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by Mary Beth Faller for ASU Now, published October 25, 2018
Gloria Feldt has been at the forefront of women’s empowerment issues for decades, and she hopes women can move past the current #MeToo movement to include men in the conversation about gender equity.
“The #MeToo movement has been incredible in giving women the opportunity to speak in their own voices, and Time’s Up took the next step,” said Feldt, co-founder and president of Take the Lead, a nonprofit launched in 2013 to help women take leadership roles.
“But mostly what they’re doing is suing people, and that’s adversarial. You can’t sue everybody,” she said, adding that both women and men should be part of the conversation.
“It’s easy to let people who are against us get into our heads. Keep your head clear and keep your vison clear for where you want to go and keep going toward that,” Feldt told several hundred people at the Nonprofit Conference on Sustainability Strategies in Phoenix on Thursday morning. The conference was sponsored by the ASU Lodestar Center for Philanthropy and Nonprofit Innovation, part of the Watts College of Public Service and Community Solutions at Arizona State University.
Feldt, 76, was president and CEO of Planned Parenthood Federation of America from 1996 to 2005. Married at 15, she had three children by the age of 20 before going on to earn a college degree in her 30s.
Feldt, the author of “No Excuses: 9 Ways Women Can Change How We Think About Power,” said that two ways women can leverage power is through communication and data.
She teaches workshops on “gender bilingual communication” — the idea that men and women have been socialized to speak differently. For example, women often use more words and are less direct than men, but face harsh repercussions when they violate those norms.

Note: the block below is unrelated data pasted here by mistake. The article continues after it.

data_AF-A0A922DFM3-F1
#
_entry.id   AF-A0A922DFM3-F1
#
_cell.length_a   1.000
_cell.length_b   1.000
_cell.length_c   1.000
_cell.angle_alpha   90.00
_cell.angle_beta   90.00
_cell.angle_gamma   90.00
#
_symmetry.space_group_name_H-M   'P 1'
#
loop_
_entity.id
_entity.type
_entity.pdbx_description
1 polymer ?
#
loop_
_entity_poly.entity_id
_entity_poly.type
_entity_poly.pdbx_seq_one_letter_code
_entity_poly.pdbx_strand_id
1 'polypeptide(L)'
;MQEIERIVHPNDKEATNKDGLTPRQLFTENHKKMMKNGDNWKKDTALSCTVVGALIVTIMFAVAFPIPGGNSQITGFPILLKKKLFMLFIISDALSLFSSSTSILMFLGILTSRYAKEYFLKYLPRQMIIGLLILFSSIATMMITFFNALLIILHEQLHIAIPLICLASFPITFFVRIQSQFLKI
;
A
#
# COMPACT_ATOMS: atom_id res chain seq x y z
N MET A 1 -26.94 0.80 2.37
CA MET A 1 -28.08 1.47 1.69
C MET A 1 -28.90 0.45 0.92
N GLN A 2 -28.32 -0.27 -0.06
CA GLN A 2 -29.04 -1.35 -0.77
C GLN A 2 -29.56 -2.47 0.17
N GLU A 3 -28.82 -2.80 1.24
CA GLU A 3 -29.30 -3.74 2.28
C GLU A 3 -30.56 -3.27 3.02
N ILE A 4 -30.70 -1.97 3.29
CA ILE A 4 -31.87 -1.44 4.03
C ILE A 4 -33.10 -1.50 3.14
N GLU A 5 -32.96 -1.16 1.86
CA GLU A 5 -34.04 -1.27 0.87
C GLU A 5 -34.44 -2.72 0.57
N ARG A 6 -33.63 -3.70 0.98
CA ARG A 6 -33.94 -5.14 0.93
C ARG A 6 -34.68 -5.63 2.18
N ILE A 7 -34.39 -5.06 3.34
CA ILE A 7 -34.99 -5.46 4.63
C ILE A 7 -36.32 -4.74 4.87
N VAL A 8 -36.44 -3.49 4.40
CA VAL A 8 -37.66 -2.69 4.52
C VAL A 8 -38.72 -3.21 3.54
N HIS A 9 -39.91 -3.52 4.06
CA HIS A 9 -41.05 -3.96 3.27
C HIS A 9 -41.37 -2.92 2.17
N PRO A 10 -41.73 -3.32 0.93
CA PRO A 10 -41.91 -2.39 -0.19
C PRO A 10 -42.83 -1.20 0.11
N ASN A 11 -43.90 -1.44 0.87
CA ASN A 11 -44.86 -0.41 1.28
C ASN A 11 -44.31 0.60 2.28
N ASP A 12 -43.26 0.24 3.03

“A woman and a man can use exactly the same words and be perceived differently,” she said.
“Sometimes women say to me, ‘Why are you telling me how to speak to men? Why aren’t you telling men how to speak to me?’ I think that’s a fair question.”
She compared it to learning a few words of another language when visiting abroad.
“The truth of the matter is that groups with less power have to be able to speak the language of groups with more power.”
The pay gap between women and men is an example of where data can drive change. Feldt said that when she was CEO of Planned Parenthood of Northern Arizona, the organization did a survey.
“Lo and behold, the larger the affiliate, the more likely it was to be run by a man, and the salary disparity was huge — and that’s at an organization whose mission was to advance women,” she said.
“Having that data and presenting it to the board solved the problem in a few years.”
Robert Ashcraft, executive director of the ASU Lodestar Center, said that the definition of leadership can be difficult to pin down.
“Leadership is an action that many can take, not a position few can hold,” he said.
“That’s especially important in today’s political climate where we assume that if we’re not an elected official, we can’t be a leader.”
The conference drew several hundred people from the nonprofit sector, and Feldt told them to be courageous.
“You have to get to the point where you know it’s OK if you get fired for doing the right thing.”
Photo by Charlie Leight/ASU Now.